Cybersecurity firm Lumu raises $30M to detect network intrusions

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Cybersecurity firm Lumu raises $30M to detect network intrusions

Lumu, a startup that helps enterprises identify and isolate security compromises, today announced that it raised $30 million in a Series B round led by Forgepoint Capital, $6 million of which is debt.

Ricardo Villadiego, Lumu’s founder and CEO, says that the new cash will be put toward growing Lumu’s sales team in the U.S., supporting its go-to-market strategy and increasing the startup’s investments in R&D.

“Lumu‘s primary objective is to ensure that its … solution reaches more security teams that may have limited resources but require effective solutions to tackle the complexities of today’s threat landscape,” Villadiego told TechCrunch in an email interview.

Villadiego, previously IBM’s regional director covering internet security systems for Latin America, founded Lumu after studying the patterns of corporate data breaches for a number of years. He observed a common denominator in these data breaches: cybercriminals have to use a network.

So Villadiego developed technology to continuously look for signs of compromise in networks and respond to that compromise. The tech evolved into Lumu, which now offers a range of services to defend against possible cyber breaches.

“Cybersecurity is a complex topic where it’s difficult to understand if the actions that have been taken are helping to increase resistance to cyberattacks,” Villadiego said. “Lumu simplifies this conversation at all levels within an organization, defining a clear north star.”

To this end, Lumu attempts to detect network threats and provide details about compromised assets, including when and how compromises occurred and recommendations for specific responses. With Lumu, customers can automate certain defense activities using their existing cybersecurity tools and review up to two years of network metadata for signs of suspect activity.

“Our interface is built for different levels of technical knowledge, so operators don’t need to be very senior analysts,” Villadiego said. “Lumu is also adaptable to [different] cybersecurity stack[s] regardless of how sophisticated or basic they may be, and grants operators the opportunity to respond in real-time to network threats on their existing infrastructure.”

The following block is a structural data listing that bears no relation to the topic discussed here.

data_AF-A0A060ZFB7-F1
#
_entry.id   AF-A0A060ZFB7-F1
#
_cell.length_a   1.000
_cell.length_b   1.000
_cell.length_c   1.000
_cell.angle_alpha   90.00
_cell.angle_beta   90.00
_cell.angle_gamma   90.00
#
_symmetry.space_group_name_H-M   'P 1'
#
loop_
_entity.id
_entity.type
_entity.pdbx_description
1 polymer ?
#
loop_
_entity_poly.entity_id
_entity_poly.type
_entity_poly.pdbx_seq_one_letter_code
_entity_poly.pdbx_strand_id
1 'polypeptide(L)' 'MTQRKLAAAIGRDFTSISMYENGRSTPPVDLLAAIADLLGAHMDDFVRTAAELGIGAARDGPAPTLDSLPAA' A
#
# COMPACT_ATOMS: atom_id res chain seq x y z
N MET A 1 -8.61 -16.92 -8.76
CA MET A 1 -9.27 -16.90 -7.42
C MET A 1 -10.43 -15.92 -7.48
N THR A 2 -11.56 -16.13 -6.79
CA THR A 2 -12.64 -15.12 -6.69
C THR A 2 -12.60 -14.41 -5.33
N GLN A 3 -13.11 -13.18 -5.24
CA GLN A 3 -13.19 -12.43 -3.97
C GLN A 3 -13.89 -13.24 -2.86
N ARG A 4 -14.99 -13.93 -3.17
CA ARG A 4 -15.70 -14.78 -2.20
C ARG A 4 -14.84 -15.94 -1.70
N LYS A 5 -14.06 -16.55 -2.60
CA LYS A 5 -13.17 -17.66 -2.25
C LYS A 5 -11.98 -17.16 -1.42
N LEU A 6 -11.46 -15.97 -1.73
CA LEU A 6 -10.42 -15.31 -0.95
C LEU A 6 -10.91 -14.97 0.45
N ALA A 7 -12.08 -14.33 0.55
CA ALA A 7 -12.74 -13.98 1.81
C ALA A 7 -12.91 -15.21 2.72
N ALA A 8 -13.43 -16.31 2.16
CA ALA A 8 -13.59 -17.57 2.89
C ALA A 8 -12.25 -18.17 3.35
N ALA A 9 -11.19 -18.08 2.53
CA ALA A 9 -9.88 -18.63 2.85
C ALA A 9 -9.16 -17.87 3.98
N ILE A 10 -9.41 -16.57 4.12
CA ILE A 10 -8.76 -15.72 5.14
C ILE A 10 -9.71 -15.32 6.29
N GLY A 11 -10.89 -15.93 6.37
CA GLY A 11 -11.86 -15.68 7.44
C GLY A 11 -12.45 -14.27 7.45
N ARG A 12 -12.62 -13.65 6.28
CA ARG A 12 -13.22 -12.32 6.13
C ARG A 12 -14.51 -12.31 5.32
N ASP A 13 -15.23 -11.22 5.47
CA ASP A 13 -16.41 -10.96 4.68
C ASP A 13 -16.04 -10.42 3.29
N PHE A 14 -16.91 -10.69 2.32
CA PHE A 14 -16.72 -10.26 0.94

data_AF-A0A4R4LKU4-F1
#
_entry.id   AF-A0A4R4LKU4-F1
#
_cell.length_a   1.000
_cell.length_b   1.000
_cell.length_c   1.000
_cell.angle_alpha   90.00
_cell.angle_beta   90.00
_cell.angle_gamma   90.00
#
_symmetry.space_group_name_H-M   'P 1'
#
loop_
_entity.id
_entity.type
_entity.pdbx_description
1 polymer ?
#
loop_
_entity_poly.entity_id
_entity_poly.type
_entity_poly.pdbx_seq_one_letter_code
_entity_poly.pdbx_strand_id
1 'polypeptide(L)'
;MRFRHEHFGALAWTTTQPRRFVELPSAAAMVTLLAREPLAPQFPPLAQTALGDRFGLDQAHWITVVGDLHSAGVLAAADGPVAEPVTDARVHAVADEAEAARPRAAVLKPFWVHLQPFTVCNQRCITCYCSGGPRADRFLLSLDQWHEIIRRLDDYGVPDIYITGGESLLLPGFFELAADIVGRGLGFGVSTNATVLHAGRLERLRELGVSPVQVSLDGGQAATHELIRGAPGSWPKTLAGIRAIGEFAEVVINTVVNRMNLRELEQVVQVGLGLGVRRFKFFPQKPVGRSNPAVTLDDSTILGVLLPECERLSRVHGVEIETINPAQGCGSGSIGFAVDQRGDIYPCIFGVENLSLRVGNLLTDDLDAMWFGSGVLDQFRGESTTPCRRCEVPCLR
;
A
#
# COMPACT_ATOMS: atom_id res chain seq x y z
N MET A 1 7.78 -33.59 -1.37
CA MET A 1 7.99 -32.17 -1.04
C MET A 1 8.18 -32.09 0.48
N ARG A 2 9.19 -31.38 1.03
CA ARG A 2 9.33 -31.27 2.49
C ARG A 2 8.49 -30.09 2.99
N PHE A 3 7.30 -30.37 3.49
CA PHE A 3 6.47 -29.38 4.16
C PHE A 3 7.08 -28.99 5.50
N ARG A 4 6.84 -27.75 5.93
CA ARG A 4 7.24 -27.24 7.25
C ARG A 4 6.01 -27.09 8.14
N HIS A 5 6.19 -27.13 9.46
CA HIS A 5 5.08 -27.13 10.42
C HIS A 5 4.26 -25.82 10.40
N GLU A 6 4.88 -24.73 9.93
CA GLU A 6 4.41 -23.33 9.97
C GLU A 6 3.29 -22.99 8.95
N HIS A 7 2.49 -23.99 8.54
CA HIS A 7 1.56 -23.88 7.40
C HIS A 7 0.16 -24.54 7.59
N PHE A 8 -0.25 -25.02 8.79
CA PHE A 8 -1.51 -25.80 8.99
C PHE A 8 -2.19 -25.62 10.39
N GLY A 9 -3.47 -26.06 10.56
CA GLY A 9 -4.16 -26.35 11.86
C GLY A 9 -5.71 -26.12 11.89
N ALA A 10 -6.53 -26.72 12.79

Now, Lumu isn’t necessarily all that novel in this approach. Lots of other vendors accomplish what it does, more or less, including Ordr (which recently raised $40 million), Cyrebro, Darktrace and Vectra (which was last valued at $1.2 billion).

But Lumu has the good fortune of being in a market that’s seeing sustained — and even increasing — demand. In a Cisco survey published in September, 86% of organizations responding said that they plan to increase their cybersecurity budget by at least 10% over the next 12 months.

VC investments in security are becoming harder to come by, paradoxically, with data from Crunchbase showing that VC financing for cybersecurity dipped to just over $1.6 billion in Q2 2023 — down 63% year-over-year. But Villadiego pointed to Lumu’s customer momentum as evidence it might buck the trend: 881 live deployments as of September and 133% growth in annual recurring revenue year-over-year.

“[Organizations are facing] complexity in understanding how AI can work for them, and letting go of investments and legacy technologies that have proven to be ineffective,” Villadiego said. “The pandemic accelerated Lumu’s growth because organizations relied on many security controls that stayed in corporate offices while the network traffic was flowing from the houses of the employees to the cloud with little if any scrutiny, creating a massive opportunity for cybercriminals to cause harm.”

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